In the prewriting lessons students are taught that readers determine what characters are like by what they say or do. They develop trait vocabulary in several ways. Students practice identifying traits of a character in the poem, ‘Harvey’ by Judith Viorst. Several short writes provide an opportunity to think about the traits of both story and real life characters.

The teacher models in this unit use three character traits and evidence to support each one. Each trait makes up a distinct body paragraph, so the complete essay is five paragraphs long. You may wish to differentiate. Less proficient writers could write about one trait with two to three pieces of evidence to support the trait. More proficient writers could add more evidence and write longer paragraphs.

Learning occurs by adding the new to the old. The lessons continue to spiral and build upon the instructional routines and craft lessons taught in previous units. Anchor charts reinforce lessons and highlight student writing. Teachers continue to demonstrate thinking aloud, model their writing, and offer shared writing experiences. A writing sample is provided in these lessons, but you are encouraged to create your own writing.

Finally, the Revising and Editing Checklists have grown in scope from the beginning of the year. This tool keeps writers focused on what they have learned. It is always the teacher’s option to adapt the checklist to their students’needs.

Celebration at the end of the publishing process is an important way to let students know we value their writing. It is something to look forward to and can motivate students to do their best work while publishing. Celebrations can be as simple as sharing writing with a partner or as elaborate as an author’s tea with parents. Itis entirely up to you. Try different ways to celebrate at the end of each unit and have
a marvelous time with your students as you write together through the year.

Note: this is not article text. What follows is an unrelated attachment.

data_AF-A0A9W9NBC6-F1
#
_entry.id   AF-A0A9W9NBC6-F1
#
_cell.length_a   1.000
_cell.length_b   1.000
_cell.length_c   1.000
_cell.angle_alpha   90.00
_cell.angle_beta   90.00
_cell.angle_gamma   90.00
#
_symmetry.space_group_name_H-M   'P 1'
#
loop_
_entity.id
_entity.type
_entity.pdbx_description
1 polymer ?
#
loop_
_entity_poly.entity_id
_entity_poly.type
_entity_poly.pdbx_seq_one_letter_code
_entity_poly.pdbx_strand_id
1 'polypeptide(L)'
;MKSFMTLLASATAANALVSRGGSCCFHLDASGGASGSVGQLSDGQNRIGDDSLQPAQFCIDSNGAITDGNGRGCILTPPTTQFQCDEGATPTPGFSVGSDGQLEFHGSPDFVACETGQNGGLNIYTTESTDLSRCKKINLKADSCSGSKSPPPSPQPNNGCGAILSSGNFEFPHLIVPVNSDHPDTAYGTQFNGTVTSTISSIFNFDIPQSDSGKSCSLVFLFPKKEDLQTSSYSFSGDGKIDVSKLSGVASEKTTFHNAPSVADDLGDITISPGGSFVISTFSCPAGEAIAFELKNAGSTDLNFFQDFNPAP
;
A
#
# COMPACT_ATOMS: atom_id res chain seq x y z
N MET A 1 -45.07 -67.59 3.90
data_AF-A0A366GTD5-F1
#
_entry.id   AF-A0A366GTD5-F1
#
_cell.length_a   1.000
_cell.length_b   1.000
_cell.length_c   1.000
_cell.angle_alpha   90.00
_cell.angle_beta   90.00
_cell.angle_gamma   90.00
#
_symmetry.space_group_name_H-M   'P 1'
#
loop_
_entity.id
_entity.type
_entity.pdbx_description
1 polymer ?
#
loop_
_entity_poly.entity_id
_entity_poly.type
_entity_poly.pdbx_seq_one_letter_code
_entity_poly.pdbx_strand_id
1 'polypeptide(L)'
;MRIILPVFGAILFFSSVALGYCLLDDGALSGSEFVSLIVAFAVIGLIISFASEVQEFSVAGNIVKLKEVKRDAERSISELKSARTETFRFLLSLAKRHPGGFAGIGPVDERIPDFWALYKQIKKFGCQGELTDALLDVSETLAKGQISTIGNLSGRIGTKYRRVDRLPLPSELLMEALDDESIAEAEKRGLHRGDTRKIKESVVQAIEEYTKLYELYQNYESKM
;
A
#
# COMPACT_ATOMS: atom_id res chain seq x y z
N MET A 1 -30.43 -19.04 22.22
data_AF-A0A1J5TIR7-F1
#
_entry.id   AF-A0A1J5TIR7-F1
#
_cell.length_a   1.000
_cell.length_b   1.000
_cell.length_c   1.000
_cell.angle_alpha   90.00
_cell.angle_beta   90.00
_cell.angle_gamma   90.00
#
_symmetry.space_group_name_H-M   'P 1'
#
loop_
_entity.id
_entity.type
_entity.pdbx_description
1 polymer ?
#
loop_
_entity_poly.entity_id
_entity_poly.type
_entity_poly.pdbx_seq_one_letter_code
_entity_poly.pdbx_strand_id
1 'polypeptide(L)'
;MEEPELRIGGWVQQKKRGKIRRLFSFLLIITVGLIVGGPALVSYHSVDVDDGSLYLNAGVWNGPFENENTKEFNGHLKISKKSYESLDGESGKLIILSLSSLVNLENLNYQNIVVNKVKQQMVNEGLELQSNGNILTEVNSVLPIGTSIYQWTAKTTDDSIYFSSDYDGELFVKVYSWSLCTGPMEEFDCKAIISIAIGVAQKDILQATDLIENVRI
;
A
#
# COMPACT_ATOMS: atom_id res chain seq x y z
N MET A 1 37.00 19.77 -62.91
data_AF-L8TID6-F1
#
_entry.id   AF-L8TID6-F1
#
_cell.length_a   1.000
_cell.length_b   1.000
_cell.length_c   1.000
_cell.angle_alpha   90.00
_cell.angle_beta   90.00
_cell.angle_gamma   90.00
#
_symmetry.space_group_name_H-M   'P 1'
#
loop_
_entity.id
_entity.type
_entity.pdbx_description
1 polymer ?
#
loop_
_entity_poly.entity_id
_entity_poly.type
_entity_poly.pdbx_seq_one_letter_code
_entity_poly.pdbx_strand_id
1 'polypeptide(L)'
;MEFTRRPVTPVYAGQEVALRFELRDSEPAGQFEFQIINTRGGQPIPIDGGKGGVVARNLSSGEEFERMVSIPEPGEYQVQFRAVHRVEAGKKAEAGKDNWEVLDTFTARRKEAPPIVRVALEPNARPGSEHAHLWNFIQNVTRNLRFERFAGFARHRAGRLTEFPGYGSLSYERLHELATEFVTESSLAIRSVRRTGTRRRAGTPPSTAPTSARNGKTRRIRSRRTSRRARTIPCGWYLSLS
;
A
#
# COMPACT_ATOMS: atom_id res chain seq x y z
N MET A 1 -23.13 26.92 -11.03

Notes: We recommend that throughout the school year you and your students evaluate character traits when reading. Practicing this skill will make it easier for students to learn how to write an opinion essay about a character.

Modifications:
Most students will write a few paragraphs describing the traits represented in a single character of their choice. Advanced writers can be encouraged to describe multiple traits for a character. Advanced writers can also include examples of a single trait that are found in a variety of characters form a variety of stories.Less proficient writers can use the class or group examples as the evidence in their own essays, rather than spend the time and effort in collecting evidence in dependently. Their effort can go into the writing. Enjoy this final unit of study. Don’t forget to save writing samples!

Lesson #1: Character Traits: A Lasting Impression
Lesson #2: What A Character! Brainstorming Unforgettable Characters
Lesson #3: Inferring:How do we identify a character’s trait?
Lesson #4: Planning the Essay: Finding Evidence in Text
Lesson #5A: Let’s Get Organized!
Lesson #5B: Reviewing Leads
Lesson #6: Drafting the Introduction: Opinion Statements
Lesson #7: Drafting the Body Paragraphs: Part 1: Ready, Set, Go!
Lesson #8: Drafting Body Paragraphs: Linking Words & Phrases
Lesson #9: The Essay Conclusion
Lesson #10: Revision: An Important Description? Try a Simile!
Lesson #11: Revision: A Final Check
Lesson #12: Editing: Pronouns, Let’s Be Clear
Lesson #13: Editing: Capitalize and Underline Titles
Lesson #14: Reflection
Lesson #15: Reading Aloud your Writing

Full Lessons:
Resources
Digital:
To incorporate the Common Core State Standard 3.W.6, to "use a variety of digital tools to produce and publish writing," you may choose to:
  • Take digital photographs of shared experiences.
  • Create a PowerPoint of writing with voice recordings.
  • Use story-making applications from iPads or other tablets.
  • Type final projects-use WORD publishing forms such as postcards and brochures.
  • Share writing over school announcement system.
  • Have students project the written pieces using a document camera.